The ophthalmologic manifestations of the cardio-facio-cutaneous syndrome

J Pediatr Ophthalmol Strabismus. 1993 Jan-Feb;30(1):48-52. doi: 10.3928/0191-3913-19930101-12.


The cardio-facio-cutaneous (CFC) syndrome is an uncommon multiple congenital anomalies/mental retardation syndrome whose major manifestations are congenital heart defects, relative macrocephaly, stunted growth, ectodermal dysplasia, characteristic facial appearance, and psychomotor developmental delay. All described cases were sporadic and cytogenetically normal. We report three additional patients with this diagnosis. All three patients developed strabismus, requiring extraocular muscle surgery. Two of our patients also had nystagmus. Combining the 18 previously reported cases with our additional 3, 9 of 21 had strabismus, 10 of 21 had ptosis, and 6 of 21 had nystagmus. Ophthalmic craniofacial abnormalities of hypoplastic supraorbital ridges, prominent epicanthal folds, and antimongoloid slant of the palpebral fissures were also common features contributing to the characteristic facies described for this syndrome. The ophthalmologist could aid in the diagnosis and treatment of these patients because of the prominent ophthalmologic symptomatology of the CFC syndrome.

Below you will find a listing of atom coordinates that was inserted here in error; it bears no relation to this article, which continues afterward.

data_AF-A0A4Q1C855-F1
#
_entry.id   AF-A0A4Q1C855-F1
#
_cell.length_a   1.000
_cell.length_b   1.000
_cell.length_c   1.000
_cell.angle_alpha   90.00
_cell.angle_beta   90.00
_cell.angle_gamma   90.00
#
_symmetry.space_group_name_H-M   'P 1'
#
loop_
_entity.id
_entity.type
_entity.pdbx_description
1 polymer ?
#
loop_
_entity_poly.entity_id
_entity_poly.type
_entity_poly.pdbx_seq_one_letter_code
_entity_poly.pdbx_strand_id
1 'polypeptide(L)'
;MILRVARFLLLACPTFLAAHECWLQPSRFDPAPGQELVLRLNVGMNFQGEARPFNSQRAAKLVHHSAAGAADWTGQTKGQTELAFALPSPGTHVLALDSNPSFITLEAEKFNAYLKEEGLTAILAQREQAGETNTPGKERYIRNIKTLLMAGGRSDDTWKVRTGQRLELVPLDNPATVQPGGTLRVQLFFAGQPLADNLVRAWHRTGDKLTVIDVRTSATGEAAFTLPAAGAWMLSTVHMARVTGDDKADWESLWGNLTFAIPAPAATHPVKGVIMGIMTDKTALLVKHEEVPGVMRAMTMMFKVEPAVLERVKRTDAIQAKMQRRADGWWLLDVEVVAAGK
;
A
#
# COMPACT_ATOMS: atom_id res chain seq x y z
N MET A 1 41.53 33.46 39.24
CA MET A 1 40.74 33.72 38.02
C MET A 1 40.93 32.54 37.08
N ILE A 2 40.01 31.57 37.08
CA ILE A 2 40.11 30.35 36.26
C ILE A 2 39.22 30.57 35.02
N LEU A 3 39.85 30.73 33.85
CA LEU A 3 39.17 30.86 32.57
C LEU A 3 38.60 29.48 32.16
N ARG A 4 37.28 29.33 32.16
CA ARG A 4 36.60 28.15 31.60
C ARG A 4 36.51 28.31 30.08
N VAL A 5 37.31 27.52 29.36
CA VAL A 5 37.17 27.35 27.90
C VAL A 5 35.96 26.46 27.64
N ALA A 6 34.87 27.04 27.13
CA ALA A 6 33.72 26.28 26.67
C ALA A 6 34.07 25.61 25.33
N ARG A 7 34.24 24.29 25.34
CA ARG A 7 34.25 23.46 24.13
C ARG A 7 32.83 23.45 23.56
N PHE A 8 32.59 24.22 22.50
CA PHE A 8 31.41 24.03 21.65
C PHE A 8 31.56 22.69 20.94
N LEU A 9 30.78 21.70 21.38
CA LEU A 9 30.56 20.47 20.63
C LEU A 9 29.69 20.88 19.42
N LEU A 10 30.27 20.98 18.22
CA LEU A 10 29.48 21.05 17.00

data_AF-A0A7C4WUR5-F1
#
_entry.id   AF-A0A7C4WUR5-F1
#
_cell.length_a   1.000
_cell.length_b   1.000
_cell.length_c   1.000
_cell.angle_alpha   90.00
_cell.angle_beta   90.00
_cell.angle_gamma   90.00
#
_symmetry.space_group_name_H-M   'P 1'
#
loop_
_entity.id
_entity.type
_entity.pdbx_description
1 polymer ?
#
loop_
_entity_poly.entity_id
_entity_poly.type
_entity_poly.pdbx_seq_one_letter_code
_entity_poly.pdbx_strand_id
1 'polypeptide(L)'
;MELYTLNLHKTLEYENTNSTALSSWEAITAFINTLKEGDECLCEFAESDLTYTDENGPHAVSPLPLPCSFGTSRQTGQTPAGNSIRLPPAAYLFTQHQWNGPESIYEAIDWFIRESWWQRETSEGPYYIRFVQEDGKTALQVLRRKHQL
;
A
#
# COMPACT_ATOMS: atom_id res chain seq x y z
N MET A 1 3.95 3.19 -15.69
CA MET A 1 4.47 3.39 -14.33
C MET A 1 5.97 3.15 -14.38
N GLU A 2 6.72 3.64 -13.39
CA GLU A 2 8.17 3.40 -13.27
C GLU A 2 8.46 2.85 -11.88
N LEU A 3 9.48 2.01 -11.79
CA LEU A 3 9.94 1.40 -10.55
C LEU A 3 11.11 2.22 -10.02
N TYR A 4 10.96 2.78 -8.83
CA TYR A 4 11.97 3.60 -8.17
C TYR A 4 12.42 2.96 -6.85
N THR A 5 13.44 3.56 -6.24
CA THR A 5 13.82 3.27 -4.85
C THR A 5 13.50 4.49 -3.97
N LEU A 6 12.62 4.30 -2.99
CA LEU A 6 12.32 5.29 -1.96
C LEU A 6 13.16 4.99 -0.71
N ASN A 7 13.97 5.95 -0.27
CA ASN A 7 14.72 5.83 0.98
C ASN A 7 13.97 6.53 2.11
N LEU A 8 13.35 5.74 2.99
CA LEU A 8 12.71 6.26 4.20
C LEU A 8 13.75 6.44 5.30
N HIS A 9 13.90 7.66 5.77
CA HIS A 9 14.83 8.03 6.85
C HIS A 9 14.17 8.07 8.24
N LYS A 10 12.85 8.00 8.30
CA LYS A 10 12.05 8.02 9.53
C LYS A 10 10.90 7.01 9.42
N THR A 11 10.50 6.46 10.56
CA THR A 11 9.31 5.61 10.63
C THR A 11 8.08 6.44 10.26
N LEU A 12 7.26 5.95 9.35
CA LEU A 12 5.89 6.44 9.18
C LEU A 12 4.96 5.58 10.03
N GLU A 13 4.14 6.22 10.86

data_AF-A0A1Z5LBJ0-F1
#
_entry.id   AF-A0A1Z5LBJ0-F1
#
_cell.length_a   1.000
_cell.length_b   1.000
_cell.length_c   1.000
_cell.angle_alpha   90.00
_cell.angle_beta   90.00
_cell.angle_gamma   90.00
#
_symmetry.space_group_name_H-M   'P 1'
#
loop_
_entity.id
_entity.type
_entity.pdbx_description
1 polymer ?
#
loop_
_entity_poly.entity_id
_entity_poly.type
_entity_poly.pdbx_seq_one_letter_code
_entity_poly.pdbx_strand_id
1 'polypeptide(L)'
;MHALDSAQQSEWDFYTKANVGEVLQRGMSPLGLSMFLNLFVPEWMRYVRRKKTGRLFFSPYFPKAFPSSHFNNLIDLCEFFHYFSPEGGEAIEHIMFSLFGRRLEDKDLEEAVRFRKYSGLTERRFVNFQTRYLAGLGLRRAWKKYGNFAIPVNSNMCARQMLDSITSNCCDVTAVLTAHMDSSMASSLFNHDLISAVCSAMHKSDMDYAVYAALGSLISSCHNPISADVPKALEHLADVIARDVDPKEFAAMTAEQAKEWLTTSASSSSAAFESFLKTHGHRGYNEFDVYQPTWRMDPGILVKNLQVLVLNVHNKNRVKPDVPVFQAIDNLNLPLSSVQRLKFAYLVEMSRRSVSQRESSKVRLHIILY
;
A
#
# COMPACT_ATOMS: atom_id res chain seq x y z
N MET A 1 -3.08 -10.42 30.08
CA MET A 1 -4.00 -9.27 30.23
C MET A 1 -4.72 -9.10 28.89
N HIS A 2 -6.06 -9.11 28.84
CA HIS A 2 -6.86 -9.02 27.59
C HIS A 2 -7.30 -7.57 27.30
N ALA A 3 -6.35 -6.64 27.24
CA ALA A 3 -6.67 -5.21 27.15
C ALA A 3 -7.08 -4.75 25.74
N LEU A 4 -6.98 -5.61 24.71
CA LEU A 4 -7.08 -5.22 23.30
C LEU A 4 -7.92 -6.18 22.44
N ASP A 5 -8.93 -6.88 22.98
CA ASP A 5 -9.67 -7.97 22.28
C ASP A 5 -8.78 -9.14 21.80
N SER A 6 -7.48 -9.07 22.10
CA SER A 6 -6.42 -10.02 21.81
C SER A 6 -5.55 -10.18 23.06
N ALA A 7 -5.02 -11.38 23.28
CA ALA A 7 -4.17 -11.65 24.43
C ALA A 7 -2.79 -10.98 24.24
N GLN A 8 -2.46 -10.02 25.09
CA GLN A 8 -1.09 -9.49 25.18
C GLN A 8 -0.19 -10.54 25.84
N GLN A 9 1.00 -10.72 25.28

Publication types

  • Case Reports
  • Review

MeSH terms

  • Abnormalities, Multiple*
  • Child
  • Child, Preschool
  • Ectodermal Dysplasia*
  • Face / abnormalities*
  • Female
  • Heart Defects, Congenital*
  • Humans
  • Infant
  • Intellectual Disability
  • Male
  • Nystagmus, Pathologic / diagnosis
  • Strabismus / diagnosis
  • Strabismus / surgery
  • Syndrome
  • Vision Disorders / diagnosis*
  • Visual Acuity